The other significant ecological site that would be affected if the proposed road alignment were to be accepted is the sacred grove of ‘Shravan Kavadia’. This unique mangrove system — with trees as high as the Banyan — is entirely cut off from the sea, being over a 100 kms inland, and is found nowhere else in the world. This mammoth stand of Avicennia mangrove depends entirely on an underground supply of saline water from the sea. The proposed road, if built, would impede this influx of water and have an unknown effect on the mangrove.
The question we need to ask is: Why is the project still being considered after being unanimously opposed by the independent members of the Standing committee of the National Board for Wildlife, and after a site inspection carried out by an expert committee of the NBWL clearly recommended its rejection?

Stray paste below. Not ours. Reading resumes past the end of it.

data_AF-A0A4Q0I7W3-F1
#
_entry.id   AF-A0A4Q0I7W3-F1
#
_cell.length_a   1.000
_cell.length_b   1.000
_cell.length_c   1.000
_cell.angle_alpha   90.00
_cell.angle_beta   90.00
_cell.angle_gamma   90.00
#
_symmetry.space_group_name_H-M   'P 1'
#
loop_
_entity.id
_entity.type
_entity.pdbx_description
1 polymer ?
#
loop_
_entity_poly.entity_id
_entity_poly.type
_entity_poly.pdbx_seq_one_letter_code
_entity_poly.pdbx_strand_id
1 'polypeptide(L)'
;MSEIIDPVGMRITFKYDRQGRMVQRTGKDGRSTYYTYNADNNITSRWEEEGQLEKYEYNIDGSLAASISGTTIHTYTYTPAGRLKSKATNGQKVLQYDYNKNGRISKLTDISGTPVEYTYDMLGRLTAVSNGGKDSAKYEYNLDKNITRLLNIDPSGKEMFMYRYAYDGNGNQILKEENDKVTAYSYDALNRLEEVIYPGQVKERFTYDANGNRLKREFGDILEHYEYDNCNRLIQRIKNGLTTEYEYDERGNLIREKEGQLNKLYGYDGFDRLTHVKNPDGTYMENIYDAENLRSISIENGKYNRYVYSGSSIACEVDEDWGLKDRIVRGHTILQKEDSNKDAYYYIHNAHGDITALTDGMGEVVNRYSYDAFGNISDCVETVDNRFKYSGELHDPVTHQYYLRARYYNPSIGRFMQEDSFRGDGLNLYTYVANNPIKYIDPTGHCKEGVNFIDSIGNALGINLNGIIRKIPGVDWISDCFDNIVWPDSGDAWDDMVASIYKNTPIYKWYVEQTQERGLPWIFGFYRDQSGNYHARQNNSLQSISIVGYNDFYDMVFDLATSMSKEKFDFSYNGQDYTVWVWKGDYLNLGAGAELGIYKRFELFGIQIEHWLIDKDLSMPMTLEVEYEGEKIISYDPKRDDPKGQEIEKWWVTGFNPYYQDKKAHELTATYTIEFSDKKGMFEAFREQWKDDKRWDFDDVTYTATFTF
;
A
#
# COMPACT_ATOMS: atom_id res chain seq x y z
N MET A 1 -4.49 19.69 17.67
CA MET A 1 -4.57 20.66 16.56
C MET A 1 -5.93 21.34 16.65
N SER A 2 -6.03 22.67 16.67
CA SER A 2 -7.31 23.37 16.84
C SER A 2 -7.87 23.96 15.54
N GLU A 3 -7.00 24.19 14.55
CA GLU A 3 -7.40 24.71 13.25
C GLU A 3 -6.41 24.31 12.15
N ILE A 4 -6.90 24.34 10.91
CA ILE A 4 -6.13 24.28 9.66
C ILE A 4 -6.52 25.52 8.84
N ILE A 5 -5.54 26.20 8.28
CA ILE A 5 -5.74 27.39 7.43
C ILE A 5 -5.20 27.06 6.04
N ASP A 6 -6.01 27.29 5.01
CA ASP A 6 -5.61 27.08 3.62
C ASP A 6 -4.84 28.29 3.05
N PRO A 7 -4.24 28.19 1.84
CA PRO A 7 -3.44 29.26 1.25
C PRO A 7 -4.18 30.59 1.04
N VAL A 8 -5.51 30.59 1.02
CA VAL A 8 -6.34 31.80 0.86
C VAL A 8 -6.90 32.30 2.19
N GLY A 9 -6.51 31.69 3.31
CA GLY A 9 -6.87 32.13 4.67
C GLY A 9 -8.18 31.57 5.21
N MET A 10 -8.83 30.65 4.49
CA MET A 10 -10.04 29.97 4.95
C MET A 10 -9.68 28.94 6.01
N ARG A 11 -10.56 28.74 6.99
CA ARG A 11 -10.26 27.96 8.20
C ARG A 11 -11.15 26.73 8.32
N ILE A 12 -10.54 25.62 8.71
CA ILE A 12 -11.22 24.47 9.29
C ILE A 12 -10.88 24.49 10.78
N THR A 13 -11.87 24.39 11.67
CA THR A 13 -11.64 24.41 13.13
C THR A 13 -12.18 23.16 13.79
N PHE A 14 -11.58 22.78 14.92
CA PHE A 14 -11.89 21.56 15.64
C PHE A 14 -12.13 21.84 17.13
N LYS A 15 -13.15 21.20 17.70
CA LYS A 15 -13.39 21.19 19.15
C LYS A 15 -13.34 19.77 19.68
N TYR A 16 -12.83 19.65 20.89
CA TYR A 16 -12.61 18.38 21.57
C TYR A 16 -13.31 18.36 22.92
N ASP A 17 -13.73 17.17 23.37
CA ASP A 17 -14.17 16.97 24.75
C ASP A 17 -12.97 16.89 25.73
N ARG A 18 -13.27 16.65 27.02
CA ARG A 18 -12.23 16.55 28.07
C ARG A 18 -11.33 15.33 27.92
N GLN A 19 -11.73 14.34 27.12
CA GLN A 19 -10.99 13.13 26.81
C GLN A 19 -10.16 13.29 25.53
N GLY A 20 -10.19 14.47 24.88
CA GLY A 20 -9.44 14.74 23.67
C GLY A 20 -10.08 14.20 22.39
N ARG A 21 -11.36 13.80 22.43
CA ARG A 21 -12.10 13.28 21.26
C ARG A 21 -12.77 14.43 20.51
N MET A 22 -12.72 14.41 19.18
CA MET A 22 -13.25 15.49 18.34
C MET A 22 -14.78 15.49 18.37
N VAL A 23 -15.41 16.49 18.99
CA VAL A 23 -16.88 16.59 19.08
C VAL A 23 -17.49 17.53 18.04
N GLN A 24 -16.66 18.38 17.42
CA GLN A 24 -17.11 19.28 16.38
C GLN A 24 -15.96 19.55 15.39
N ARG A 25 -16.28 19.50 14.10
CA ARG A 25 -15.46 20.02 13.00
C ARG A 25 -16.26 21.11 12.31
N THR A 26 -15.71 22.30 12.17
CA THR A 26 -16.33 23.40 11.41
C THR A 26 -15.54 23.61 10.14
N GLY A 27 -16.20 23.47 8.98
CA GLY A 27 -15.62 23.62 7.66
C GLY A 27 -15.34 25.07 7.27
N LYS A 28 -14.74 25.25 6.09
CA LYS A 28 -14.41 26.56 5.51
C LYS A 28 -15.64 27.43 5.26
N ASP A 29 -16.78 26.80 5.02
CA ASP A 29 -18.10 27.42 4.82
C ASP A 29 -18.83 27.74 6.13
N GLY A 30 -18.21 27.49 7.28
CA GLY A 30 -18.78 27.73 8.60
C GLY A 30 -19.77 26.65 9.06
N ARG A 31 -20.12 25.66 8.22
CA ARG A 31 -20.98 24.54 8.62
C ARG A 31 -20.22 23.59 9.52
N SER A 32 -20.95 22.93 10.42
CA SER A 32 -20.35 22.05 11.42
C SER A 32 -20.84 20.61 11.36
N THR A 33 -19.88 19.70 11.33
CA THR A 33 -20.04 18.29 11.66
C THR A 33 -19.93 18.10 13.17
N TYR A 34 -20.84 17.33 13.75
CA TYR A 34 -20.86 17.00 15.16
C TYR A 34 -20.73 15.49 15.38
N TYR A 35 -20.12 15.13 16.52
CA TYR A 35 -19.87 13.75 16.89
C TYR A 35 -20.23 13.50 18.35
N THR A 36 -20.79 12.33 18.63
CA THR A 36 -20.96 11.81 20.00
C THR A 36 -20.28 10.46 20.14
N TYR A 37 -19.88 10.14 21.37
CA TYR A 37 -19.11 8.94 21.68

The ecological devastation that the construction of this road will wreak seems pointless given that there is accessibility by a perfectly viable alternate alignment. The site report compiled by the expert members of the Standing Committee asserts that the alternate road “…is feasible, cost-effective, easy to build and would serve a greater use” and “would not have a significant impact.”
Another crucial argument against the construction of the parts of the road that would traverse the Rann is the fact that it would be accessible for only about six months a year. During monsoonal flooding, the road would be impassable for all vehicles. The huge expenditure of development and maintenance, coupled with the ecological damage of the construction, are extremely strong arguments against the proposed road.